Very good progress everyone! I always give bronze awards in the fall because I want to see how much more you can grow – based on your progress, that will determine your award in the springtime. Everyone is doing very well – just remember that a little bit of practice every day (even just 15 minutes) is better than practicing one hour once a week. It’s really important to do just a bit daily because that’s just how our brain works and remembers information.

Also, if anyone has not yet signed up for a recital slot on December 3rd (a Sunday), please call Barnaby. The slots begin at 12, 1, and 2 – they each last about 45 minutes.


I really appreciate your enthusiasm for the recitals – You were born to be on stage! Your recital pieces are “Paper Airplanes” and “The Juggler”. You know both pieces so well – almost too well! What I mean by that is that they are so easy for you now, that you play the easier parts faster. Keep the same tempo throughout the same piece – remember to keep practicing by counting 1-2-3-4 while you play. Of course don’t do that during the recital, but it will be a good way to practice to make sure you are not rushing. Your new piece is “Traffic Jam”. We learned what intervals are – they are the distance between two notes. This piece taught us the interval of the “2nd”. Those are two notes next to each other like C-D or D-E – basically they are not skips, they are all steps. We’ll talk more about that next time but for the next week, we can focus on your recital pieces which are in very good shape!


Your goal this week is to practice every day! Every time we work on a piece in your lesson, it always sounds significantly better after just 5 minutes. Imagine what doing just 15-20 minutes a day will do (ideally, at least 30 minutes would be great, but 15-20 is still better than nothing!). Since we’re doing “The Planets” for the recital, it’s important that you practice that a few times daily to get rid of the hiccups. You wanted an “airy, dreamy” mood, so playing soft, using the pedal, and also a slower tempo will help you with that. Also work on “Carol in G Major” (the position will need both 5s on the G) – and also play it in C Major (both 5s go on the C).

I’d like to go through the songs in the book a bit more quickly – in order for that to happen, I will need to see more daily practice. You are such a natural at the piano, so I want to see how much more you can do and I’m sure it would be more fun for you too!


You should be excited for your first piano recital, because you sound great! In “Old MacDonald”, the hard part is going from the first part of the piece, to the “quack quack” and also going from the “quack quack” back to the first part. Counting and playing really helped you with this section. Remember to only do that in practice – in the performance you will not be counting out loud, so play it a few times without counting or saying the note names as well. “Sailing” was very good. Keep working on “Skating” and “Wishing Well” – those were both very good, but we just need to get rid of the hiccups. After the recital, we will continue in the book and will start with note reading!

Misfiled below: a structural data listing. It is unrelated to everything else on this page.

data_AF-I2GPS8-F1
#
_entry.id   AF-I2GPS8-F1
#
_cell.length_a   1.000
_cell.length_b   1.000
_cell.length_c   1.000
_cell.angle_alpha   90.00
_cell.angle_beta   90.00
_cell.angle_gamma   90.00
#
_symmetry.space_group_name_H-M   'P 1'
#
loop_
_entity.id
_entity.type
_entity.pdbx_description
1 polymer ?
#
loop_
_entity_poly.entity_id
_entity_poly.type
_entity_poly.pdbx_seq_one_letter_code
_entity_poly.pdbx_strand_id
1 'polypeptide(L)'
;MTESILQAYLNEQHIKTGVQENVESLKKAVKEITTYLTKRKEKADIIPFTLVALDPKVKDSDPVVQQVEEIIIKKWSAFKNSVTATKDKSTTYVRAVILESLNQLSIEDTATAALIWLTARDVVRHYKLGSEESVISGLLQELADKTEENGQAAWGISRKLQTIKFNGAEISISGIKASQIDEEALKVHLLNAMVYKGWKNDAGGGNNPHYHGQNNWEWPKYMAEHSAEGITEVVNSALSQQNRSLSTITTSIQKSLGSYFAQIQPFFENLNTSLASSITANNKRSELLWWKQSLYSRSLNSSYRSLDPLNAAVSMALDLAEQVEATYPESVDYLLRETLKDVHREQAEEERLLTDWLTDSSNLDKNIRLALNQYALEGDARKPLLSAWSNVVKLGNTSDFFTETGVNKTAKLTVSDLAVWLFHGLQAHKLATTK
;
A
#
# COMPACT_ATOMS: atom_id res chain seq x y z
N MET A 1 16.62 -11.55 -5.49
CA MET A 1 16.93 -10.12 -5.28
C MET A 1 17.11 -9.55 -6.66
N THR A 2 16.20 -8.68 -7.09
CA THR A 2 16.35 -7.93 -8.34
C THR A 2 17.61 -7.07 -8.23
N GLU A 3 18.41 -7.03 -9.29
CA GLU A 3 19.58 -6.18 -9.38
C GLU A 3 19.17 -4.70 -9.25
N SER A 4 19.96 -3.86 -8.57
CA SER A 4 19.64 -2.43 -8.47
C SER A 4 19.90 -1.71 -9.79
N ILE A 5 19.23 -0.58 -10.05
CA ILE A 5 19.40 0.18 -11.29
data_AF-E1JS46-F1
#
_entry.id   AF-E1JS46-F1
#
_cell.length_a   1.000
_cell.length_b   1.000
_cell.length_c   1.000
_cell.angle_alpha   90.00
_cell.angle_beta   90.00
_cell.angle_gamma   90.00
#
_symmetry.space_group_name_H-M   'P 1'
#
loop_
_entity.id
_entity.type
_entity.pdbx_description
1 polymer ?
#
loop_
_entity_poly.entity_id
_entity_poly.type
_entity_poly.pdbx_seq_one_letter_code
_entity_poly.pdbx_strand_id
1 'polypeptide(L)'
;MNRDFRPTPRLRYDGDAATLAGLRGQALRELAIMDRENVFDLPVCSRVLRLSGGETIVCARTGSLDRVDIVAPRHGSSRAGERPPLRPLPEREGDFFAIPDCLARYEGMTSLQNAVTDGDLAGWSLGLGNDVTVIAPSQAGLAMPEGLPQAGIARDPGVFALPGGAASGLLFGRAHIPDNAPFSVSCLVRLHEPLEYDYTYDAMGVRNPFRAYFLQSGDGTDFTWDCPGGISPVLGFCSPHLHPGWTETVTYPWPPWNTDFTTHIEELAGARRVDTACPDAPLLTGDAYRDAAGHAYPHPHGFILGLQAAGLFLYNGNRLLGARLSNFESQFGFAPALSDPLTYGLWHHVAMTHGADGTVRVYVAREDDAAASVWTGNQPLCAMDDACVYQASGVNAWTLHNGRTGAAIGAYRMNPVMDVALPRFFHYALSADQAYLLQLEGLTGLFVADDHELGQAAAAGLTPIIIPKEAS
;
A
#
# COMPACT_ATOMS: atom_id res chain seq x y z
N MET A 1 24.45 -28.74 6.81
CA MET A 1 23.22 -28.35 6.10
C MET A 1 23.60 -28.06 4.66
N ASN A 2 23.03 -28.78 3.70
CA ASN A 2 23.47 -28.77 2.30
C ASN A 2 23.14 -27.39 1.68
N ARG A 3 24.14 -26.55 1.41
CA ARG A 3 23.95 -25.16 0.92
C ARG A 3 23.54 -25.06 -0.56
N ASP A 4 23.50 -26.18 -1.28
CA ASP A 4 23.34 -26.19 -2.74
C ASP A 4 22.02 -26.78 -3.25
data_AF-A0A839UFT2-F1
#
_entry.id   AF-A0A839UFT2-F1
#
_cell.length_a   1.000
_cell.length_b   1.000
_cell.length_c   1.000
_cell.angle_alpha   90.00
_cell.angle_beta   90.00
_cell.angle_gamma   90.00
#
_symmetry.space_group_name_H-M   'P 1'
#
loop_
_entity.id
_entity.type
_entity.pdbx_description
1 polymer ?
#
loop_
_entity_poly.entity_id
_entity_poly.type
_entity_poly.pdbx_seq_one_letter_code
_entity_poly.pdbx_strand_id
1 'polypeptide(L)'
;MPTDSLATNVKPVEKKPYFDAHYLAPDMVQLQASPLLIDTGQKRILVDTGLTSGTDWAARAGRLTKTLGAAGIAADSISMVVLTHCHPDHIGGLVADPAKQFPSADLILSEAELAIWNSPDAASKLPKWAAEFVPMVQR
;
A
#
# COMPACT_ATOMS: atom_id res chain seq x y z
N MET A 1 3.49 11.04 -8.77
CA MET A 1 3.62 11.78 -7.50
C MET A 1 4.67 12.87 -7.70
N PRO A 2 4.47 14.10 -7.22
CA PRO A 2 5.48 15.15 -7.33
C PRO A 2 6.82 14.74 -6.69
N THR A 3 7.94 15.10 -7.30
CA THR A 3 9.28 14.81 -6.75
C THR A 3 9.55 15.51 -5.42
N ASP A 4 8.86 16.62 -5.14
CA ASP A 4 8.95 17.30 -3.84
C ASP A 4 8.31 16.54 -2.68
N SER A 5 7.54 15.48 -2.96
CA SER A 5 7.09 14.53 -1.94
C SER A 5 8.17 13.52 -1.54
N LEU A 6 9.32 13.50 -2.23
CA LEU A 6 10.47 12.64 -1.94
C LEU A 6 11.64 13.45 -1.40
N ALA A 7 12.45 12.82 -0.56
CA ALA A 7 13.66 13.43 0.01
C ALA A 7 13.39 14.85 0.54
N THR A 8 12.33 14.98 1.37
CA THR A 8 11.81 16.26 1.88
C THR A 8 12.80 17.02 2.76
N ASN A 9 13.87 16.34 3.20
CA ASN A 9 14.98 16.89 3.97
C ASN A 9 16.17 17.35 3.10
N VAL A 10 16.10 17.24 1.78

Excellent job with “When the Saints go Marching In” – just have confidence when you play because it sounds very good! The third and fourth line can still use a little bit of hands separate practicing – just make sure that this part is just as comfortable as the first part. Good job with “Join the Fun” as well – put most of your focus in measures 7-8 and 15-16 as those are the tricky spots for you – for this piece and “Oom Papa”, hands separate practice will help you a lot. Your new piece this week is “The Clown” – focus on the B-flats and the A-flats (flat = bemol) because it will take a bit of time for your hand to get used to that position. The dynamics will help make a difference between “glad clown” and “Sad clown”. But for this week, let’s focus most on “When the Saints Go Marching In” so that you are extra confident for the recital.


It’s great that you have three pieces that you could play for the recital! Practice all three of them and we can decide next week – they all sound great! For “Magic Man”, the important thing to remember is RHYTHM! Every day, I want you to clap the rhythm of the left hand in the beginning. Also, when the right hand comes in, don’t go to fast. A good way to practice is to count 1-2-3-4 when you play just the right hand by itself. “The Clown” is also good – just don’t get faster. You can also count and play this one for practice – when you did that, you were not rushing at all. The third option for the recital is “Waltz Time”. Two things to remember about this piece – the left hand has the melody so you must play the left hand louder than the right hand; the second thing is legato vs. staccato – left hand is legato and should be smooth, and the right hand has the short staccato notes.

Your new piece is “Good King Wenceslas” – you already have three pieces to practice for your recital, so if that keeps you busy, that’s totally fine. If you have time, keep working on this new piece. Hands separate practice is important and also remember the difference between legato and staccato.